The Book of Life


"They crushed our dreams... hilarious!"

Though the new animated film The Book of Life bears the name of co-writer and director Jorge R. Gutierrez, one glance at the design of the film, as well as the mischievous streak running through it, and it's unmistakably a product of its producer, Guillermo del Toro. The second film from animation house Reel FX is a substantial step-up in quality from last year's Free Birds, and is one of the most gorgeous animated films ever made. Though it suffers from a number of issues, the things it gets right are nailed so expertly that it's easy to forgive the missteps. 


Creating a mythology within the span of a single film is always difficult, so the filmmakers opted for a framing device that involves a group of rowdy school children visiting a museum, and getting a lesson in the Mexican holiday The Day of the Dead from an eager tour guide (Christina Applegate). The tour guide tells the children the tale of three children who grew up together, and a wager between La Muerta (Kate del Castillo) and Xibalba (Ron Perlman), two rulers of the underworld, that would shape the trio's destinies. As children and again as adults, sensitive Manolo (Diego Luna) and macho Joaquin (Channing Tatum) fight for the affections of Maria (Zoë Saldana). The wager involves who will win her hand in marriage, and Xibalba tips the scales in his favor by gifting Joaquin with a special medal that will make him invincible.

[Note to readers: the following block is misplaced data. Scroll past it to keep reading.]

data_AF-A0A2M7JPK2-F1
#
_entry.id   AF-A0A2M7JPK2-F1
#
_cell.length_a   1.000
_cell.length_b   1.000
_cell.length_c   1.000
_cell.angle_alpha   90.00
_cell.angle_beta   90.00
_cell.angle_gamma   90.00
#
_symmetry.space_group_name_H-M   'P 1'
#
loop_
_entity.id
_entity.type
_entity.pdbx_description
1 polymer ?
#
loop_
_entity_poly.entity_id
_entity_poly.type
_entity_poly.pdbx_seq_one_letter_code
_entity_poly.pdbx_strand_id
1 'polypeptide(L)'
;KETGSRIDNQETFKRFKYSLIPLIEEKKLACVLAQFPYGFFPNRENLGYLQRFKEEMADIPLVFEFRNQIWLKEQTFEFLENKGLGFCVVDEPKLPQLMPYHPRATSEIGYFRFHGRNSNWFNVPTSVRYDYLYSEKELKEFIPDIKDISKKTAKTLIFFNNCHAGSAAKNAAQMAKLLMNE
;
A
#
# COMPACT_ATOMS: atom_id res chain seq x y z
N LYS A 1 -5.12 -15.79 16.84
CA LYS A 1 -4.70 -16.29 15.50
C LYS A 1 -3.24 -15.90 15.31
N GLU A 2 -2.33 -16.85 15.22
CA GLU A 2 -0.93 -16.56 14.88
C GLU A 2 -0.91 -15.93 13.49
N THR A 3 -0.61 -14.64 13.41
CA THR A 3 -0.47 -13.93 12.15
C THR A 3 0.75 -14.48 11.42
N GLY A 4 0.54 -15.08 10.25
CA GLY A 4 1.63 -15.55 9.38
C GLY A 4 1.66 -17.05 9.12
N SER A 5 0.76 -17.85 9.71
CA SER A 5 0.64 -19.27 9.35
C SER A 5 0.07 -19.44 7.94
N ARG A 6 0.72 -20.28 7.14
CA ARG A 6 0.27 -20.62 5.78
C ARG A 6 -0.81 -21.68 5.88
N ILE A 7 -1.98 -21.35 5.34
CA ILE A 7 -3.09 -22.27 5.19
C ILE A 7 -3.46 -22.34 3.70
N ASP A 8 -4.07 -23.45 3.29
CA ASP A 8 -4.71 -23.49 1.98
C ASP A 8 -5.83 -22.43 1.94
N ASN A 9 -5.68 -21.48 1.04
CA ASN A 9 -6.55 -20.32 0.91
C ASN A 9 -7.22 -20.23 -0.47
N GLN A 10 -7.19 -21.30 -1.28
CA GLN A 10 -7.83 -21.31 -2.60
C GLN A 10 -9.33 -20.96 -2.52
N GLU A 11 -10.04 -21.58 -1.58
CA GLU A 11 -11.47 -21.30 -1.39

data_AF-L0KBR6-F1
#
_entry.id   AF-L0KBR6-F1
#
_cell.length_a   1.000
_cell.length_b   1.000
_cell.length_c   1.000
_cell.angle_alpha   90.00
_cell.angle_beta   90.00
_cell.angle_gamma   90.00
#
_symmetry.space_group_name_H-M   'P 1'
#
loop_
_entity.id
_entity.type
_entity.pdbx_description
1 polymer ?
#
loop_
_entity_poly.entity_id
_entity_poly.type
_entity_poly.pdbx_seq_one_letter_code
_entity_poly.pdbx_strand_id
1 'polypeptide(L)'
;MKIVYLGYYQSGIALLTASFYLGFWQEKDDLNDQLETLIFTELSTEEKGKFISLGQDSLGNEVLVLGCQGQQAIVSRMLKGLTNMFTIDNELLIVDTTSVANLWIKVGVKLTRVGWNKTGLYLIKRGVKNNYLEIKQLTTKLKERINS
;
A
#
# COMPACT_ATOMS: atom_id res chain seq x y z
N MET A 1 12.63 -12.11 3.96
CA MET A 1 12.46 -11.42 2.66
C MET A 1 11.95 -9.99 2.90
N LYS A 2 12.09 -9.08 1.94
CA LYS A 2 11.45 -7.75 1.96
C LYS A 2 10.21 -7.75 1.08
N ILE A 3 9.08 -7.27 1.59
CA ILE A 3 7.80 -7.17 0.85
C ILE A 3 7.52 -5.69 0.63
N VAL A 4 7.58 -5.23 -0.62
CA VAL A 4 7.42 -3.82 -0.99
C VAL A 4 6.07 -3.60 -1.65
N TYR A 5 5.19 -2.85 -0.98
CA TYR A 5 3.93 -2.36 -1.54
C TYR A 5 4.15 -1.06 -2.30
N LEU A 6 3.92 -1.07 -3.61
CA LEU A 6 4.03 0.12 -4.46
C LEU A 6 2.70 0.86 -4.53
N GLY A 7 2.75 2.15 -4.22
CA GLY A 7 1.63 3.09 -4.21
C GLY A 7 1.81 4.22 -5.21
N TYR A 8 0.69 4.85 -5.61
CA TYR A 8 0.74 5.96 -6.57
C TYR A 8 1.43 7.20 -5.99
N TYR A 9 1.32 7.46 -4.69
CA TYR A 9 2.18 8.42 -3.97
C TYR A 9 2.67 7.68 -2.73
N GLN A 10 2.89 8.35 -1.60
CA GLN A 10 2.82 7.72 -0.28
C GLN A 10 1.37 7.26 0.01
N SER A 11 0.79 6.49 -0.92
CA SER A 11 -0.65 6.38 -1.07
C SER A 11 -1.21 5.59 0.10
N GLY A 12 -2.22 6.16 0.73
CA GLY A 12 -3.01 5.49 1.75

Manolo's destiny is to be a bullfighter, and while he is skilled, his reluctance to kill the bulls coupled with his passion for music make him a poor champion of the town. Joaquin on the other hand, is now a decorated soldier, whom the town relies on to beat back the advances of a wicked bandit named Chakal (Dan Navarro). Maria is torn between the two men, but devoted to her town, and reluctantly accepts Joaquin's proposal in a bid to save the town. Manolo doesn't fare as well, ending up on the losing end of a snake bite, and soon finds himself in the Land of the Remembered, once ruled by La Muerte, but now lorded over by Xibalba as a result of their wager. Manolo must now face his greatest fear to return to the land of the living and win back Maria's hand to set things right.